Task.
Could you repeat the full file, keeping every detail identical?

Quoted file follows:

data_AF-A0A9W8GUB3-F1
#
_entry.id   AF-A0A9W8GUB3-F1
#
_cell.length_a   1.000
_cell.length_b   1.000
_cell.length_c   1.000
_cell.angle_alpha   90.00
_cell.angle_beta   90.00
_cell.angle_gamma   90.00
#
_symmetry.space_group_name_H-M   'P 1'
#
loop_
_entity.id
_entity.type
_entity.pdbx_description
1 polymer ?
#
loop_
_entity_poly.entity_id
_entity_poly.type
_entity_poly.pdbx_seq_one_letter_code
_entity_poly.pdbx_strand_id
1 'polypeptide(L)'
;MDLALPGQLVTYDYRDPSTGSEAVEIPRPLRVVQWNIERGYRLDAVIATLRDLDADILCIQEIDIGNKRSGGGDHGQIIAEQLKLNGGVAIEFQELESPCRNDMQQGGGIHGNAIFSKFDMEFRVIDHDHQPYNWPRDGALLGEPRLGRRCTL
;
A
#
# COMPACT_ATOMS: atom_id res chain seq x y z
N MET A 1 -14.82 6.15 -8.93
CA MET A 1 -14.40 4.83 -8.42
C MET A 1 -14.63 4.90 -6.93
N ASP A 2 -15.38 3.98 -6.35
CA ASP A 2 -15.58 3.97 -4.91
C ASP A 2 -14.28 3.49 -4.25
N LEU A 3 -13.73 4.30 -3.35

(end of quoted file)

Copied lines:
data_AF-A0A9W8GUB3-F1
#
_entry.id   AF-A0A9W8GUB3-F1
#
_cell.length_a   1.000
_cell.length_b   1.000
_cell.length_c   1.000
_cell.angle_alpha   90.00
_cell.angle_beta   90.00
_cell.angle_gamma   90.00
#
_symmetry.space_group_name_H-M   'P 1'
#
loop_
_entity.id
_entity.type
_entity.pdbx_description
1 polymer ?
#
loop_
_entity_poly.entity_id
_entity_poly.type
_entity_poly.pdbx_seq_one_letter_code
_entity_poly.pdbx_strand_id
1 'polypeptide(L)'
;MDLALPGQLVTYDYRDPSTGSEAVEIPRPLRVVQWNIERGYRLDAVIATLRDLDADILCIQEIDIGNKRSGGGDHGQIIAEQLKLNGGVAIEFQELESPCRNDMQQGGGIHGNAIFSKFDMEFRVIDHDHQPYNWPRDGALLGEPRLGRRCTL
;
A
#
# COMPACT_ATOMS: atom_id res chain seq x y z
N MET A 1 -14.82 6.15 -8.93
CA MET A 1 -14.40 4.83 -8.42
C MET A 1 -14.63 4.90 -6.93
N ASP A 2 -15.38 3.98 -6.35
CA ASP A 2 -15.58 3.97 -4.91
C ASP A 2 -14.28 3.49 -4.25
N LEU A 3 -13.73 4.30 -3.35